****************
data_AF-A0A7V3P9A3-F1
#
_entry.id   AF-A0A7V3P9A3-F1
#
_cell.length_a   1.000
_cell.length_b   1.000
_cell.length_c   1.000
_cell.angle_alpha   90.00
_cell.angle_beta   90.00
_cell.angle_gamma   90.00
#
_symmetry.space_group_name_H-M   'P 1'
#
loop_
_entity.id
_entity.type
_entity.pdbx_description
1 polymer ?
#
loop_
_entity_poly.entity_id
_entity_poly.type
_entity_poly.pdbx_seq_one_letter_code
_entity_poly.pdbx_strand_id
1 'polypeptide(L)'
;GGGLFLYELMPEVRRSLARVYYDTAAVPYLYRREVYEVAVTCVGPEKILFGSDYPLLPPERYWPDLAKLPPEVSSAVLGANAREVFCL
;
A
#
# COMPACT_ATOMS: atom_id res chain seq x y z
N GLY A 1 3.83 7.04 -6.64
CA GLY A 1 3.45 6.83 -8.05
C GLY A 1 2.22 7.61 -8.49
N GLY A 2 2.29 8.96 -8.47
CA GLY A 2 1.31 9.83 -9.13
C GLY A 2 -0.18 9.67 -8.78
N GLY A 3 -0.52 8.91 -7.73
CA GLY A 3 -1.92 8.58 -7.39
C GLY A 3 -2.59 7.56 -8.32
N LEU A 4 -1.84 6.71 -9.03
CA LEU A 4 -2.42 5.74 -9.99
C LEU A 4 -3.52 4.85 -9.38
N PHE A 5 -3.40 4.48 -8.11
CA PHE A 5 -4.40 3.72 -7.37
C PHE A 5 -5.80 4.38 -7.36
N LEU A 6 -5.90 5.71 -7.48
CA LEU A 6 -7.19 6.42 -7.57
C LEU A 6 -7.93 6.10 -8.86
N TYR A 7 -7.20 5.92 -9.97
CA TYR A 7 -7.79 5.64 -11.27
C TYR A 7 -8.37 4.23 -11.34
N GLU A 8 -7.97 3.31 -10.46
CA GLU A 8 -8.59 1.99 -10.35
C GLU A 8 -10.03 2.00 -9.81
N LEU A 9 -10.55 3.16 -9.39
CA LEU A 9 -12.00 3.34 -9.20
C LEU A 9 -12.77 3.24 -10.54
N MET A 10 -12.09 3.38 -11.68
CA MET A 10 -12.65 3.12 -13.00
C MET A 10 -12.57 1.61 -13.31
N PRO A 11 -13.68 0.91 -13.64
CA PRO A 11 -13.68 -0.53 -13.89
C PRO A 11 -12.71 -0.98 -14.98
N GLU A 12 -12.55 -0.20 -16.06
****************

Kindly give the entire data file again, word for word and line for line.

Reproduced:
data_AF-A0A7V3P9A3-F1
#
_entry.id   AF-A0A7V3P9A3-F1
#
_cell.length_a   1.000
_cell.length_b   1.000
_cell.length_c   1.000
_cell.angle_alpha   90.00
_cell.angle_beta   90.00
_cell.angle_gamma   90.00
#
_symmetry.space_group_name_H-M   'P 1'
#
loop_
_entity.id
_entity.type
_entity.pdbx_description
1 polymer ?
#
loop_
_entity_poly.entity_id
_entity_poly.type
_entity_poly.pdbx_seq_one_letter_code
_entity_poly.pdbx_strand_id
1 'polypeptide(L)'
;GGGLFLYELMPEVRRSLARVYYDTAAVPYLYRREVYEVAVTCVGPEKILFGSDYPLLPPERYWPDLAKLPPEVSSAVLGANAREVFCL
;
A
#
# COMPACT_ATOMS: atom_id res chain seq x y z
N GLY A 1 3.83 7.04 -6.64
CA GLY A 1 3.45 6.83 -8.05
C GLY A 1 2.22 7.61 -8.49
N GLY A 2 2.29 8.96 -8.47
CA GLY A 2 1.31 9.83 -9.13
C GLY A 2 -0.18 9.67 -8.78
N GLY A 3 -0.52 8.91 -7.73
CA GLY A 3 -1.92 8.58 -7.39
C GLY A 3 -2.59 7.56 -8.32
N LEU A 4 -1.84 6.71 -9.03
CA LEU A 4 -2.42 5.74 -9.99
C LEU A 4 -3.52 4.85 -9.38
N PHE A 5 -3.40 4.48 -8.11
CA PHE A 5 -4.40 3.72 -7.37
C PHE A 5 -5.80 4.38 -7.36
N LEU A 6 -5.90 5.71 -7.48
CA LEU A 6 -7.19 6.42 -7.57
C LEU A 6 -7.93 6.10 -8.86
N TYR A 7 -7.20 5.92 -9.97
CA TYR A 7 -7.79 5.64 -11.27
C TYR A 7 -8.37 4.23 -11.34
N GLU A 8 -7.97 3.31 -10.46
CA GLU A 8 -8.59 1.99 -10.35
C GLU A 8 -10.03 2.00 -9.81
N LEU A 9 -10.55 3.16 -9.39
CA LEU A 9 -12.00 3.34 -9.20
C LEU A 9 -12.77 3.24 -10.54
N MET A 10 -12.09 3.38 -11.68
CA MET A 10 -12.65 3.12 -13.00
C MET A 10 -12.57 1.61 -13.31
N PRO A 11 -13.68 0.91 -13.64
CA PRO A 11 -13.68 -0.53 -13.89
C PRO A 11 -12.71 -0.98 -14.98
N GLU A 12 -12.55 -0.20 -16.06